Quintessence Int 46 (2015), No. 5 27. Mar. 2015
Quintessence Int 46 (2015), No. 5 (27.03.2015)
Page 417-422, doi:10.3290/j.qi.a33180, PubMed:25485317
Hereditary angioedema and anxiety in oral surgery: A case series report
Zanette, Gastone / Stellini, Edoardo / Sivolella, Stefano / Bacci, Christian / Facco, Enrico
Hereditary angioedema (HAE) is a rare disease, little known to medical and dental practitioners, but with an increasing hospitalization rate over the years. HAE is due to a C1 esterase inhibitor deficiency/dysfunction that leads to an increased vascular permeability. The airways are the most affected, and life-threatening laryngeal swelling may occur. Episodes of HAE have no clear cause, but they can be triggered by anxiety, invasive procedures, and trauma. HAE is an important issue in oral and maxillofacial surgery, otorhinolaryngology, endoscopy, emergency medicine, and anesthesiology because even simple procedures may cause laryngeal edema. Recommendations on the management of HAE include long- and short-term prophylaxis, and treatment for acute attacks, but the importance of controlling anxiety is underestimated. Here, we report on the perioperative management of nine HAE patients scheduled for oral surgery, with a brief review of the literature on this topic.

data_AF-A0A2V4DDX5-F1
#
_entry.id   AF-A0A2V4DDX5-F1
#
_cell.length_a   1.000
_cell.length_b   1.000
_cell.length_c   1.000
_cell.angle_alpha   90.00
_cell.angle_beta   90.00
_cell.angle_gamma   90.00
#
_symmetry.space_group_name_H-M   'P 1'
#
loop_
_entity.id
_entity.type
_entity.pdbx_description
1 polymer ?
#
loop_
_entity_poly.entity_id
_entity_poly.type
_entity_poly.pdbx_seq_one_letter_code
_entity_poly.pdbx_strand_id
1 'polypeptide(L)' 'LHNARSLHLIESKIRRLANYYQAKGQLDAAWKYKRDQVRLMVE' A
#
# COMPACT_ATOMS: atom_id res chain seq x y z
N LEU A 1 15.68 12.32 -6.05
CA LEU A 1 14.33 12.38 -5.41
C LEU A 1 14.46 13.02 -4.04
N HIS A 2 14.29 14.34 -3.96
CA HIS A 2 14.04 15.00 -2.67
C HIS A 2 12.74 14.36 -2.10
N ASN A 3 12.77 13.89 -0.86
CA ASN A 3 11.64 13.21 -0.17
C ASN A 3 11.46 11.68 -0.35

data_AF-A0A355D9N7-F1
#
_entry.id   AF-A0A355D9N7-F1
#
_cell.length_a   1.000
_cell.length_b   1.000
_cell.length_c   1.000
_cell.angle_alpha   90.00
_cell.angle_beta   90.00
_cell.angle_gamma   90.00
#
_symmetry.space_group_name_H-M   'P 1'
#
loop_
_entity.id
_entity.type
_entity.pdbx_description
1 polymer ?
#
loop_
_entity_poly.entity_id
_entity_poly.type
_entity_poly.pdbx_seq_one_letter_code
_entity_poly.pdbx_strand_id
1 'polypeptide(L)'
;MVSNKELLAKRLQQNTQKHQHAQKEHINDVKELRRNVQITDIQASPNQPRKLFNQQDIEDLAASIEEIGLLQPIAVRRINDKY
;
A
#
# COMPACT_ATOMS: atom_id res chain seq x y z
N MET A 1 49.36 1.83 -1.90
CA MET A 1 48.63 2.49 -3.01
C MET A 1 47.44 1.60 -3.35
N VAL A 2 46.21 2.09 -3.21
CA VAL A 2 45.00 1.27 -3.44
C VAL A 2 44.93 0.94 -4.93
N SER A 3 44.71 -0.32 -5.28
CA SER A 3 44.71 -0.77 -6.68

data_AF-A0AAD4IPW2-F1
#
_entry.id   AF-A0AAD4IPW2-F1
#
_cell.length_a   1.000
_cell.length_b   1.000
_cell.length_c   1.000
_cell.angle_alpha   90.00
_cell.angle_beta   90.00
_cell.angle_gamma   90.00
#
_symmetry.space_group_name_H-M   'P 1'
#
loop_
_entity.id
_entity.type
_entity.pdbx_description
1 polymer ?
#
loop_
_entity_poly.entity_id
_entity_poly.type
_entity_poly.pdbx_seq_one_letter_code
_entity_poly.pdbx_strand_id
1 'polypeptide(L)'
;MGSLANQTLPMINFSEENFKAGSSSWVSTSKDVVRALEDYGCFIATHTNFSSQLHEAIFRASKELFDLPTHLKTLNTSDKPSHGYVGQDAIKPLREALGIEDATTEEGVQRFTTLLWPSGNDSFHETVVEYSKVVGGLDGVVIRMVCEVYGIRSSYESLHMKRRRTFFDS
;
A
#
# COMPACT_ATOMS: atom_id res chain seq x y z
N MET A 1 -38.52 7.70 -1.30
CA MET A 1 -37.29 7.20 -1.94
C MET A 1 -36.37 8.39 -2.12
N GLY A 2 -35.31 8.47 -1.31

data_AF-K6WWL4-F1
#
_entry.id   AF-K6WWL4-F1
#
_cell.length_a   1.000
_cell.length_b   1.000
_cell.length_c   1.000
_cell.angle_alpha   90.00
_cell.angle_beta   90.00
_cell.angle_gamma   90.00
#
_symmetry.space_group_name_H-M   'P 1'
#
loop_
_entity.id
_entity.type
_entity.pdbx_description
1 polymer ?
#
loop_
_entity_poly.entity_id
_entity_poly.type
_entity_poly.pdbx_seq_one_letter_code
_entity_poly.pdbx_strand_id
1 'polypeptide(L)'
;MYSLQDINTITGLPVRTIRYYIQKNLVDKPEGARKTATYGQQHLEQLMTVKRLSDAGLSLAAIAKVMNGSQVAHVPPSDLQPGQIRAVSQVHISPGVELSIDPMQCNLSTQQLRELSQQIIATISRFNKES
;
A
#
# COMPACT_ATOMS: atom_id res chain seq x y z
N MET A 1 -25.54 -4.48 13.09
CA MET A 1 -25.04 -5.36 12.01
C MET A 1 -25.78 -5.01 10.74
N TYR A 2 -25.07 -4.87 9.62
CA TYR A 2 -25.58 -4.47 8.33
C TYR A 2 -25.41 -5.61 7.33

Keywords: anxiety, conscious sedation, dentistry, hereditary angioedema, oral surgery